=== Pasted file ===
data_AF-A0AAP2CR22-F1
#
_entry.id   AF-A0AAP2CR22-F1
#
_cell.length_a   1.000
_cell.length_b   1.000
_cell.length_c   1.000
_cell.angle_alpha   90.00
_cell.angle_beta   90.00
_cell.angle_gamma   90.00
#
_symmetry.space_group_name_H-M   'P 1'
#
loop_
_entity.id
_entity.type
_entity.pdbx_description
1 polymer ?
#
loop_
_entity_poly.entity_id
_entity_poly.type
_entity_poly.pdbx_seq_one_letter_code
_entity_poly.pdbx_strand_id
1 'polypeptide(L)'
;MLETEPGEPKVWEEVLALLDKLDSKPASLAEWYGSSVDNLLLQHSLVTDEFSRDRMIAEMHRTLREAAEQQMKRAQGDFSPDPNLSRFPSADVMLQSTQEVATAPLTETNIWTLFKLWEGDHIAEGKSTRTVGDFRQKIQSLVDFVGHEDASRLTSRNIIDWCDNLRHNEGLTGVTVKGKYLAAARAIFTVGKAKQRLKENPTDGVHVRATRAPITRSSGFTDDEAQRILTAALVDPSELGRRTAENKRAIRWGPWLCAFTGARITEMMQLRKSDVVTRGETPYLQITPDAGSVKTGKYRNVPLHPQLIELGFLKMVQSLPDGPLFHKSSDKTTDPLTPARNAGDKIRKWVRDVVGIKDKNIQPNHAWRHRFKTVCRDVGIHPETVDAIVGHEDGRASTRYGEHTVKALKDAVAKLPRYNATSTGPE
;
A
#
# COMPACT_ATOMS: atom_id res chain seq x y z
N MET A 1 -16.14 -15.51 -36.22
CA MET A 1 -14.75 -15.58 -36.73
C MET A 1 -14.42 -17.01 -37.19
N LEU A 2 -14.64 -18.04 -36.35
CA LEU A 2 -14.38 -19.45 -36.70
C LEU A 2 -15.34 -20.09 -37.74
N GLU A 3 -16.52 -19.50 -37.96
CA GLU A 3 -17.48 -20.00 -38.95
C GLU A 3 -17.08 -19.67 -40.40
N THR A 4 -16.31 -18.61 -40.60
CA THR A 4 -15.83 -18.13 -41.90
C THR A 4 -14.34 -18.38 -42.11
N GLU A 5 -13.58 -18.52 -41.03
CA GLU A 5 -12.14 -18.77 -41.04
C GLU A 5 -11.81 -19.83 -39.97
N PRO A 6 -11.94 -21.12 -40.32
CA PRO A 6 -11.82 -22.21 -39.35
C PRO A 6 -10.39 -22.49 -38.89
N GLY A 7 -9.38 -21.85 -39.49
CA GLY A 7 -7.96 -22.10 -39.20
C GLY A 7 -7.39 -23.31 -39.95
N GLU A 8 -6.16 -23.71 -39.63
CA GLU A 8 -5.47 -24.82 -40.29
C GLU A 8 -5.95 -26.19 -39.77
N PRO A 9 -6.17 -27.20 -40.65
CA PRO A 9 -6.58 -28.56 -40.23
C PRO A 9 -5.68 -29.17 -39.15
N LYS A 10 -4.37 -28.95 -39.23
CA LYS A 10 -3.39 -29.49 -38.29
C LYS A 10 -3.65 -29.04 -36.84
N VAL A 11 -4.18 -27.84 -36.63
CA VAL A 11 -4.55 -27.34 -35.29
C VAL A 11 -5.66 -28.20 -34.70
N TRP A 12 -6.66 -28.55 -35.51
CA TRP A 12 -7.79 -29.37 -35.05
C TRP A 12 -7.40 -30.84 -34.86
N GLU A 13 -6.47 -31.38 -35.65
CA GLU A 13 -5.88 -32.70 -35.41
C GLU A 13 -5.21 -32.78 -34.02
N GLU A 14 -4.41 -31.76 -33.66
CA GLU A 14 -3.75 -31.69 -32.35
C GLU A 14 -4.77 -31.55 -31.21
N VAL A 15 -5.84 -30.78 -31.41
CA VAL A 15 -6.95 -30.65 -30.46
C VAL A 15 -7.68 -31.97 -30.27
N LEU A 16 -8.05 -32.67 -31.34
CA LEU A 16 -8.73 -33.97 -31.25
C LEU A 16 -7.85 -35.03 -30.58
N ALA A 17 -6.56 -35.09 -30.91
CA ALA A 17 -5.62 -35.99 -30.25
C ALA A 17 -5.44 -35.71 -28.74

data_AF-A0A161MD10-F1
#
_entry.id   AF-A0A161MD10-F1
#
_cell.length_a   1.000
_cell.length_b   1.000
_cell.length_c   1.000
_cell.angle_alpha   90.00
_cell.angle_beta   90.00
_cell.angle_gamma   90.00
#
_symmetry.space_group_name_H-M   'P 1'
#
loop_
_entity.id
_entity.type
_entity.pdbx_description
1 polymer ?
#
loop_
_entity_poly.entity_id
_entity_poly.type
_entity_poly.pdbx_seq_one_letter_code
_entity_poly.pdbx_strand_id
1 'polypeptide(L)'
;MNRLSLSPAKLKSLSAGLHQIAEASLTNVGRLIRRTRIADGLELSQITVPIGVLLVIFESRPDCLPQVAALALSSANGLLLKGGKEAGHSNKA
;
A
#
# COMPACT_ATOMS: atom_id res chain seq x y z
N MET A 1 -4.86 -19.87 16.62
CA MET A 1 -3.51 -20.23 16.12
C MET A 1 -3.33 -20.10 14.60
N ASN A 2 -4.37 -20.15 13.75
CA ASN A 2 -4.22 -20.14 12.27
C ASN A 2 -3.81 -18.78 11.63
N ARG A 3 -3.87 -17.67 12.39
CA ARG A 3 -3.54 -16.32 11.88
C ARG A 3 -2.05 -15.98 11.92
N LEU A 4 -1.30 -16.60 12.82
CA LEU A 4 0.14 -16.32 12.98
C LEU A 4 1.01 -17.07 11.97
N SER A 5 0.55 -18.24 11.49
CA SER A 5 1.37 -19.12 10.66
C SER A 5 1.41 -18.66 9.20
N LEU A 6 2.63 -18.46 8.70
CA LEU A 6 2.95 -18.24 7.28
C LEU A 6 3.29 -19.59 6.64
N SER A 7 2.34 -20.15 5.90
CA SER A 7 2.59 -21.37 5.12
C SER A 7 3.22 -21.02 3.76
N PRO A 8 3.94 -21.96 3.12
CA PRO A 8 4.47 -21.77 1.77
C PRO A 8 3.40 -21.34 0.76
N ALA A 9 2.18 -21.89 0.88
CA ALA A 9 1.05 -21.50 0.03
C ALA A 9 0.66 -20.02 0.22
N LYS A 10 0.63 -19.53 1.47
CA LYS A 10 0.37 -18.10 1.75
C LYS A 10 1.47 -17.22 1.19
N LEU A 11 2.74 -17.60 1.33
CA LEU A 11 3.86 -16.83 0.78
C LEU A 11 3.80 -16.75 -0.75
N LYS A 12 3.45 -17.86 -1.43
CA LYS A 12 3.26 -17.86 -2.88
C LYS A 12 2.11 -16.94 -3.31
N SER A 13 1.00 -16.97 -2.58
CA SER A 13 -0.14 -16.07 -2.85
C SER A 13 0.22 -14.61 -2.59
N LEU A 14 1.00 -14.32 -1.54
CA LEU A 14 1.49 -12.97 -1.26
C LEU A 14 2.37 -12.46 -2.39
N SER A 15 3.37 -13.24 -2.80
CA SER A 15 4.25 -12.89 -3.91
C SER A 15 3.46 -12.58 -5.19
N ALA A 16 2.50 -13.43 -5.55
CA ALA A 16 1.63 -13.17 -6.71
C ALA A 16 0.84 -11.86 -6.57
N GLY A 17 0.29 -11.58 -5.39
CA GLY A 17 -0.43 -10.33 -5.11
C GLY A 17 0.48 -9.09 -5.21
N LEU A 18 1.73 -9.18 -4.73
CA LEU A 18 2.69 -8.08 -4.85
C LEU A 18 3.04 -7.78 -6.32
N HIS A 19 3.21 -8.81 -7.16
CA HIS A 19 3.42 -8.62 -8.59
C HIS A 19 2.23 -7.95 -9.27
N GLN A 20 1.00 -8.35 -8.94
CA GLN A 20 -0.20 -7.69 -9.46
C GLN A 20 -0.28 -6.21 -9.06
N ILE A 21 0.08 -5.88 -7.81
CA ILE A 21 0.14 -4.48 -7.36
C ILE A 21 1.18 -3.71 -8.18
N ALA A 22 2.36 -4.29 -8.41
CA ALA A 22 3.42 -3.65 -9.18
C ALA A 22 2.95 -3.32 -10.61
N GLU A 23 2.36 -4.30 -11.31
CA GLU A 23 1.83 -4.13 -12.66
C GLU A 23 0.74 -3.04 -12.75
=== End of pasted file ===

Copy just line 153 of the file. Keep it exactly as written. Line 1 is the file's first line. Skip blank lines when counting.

C LEU A 14 2.37 -12.46 -2.39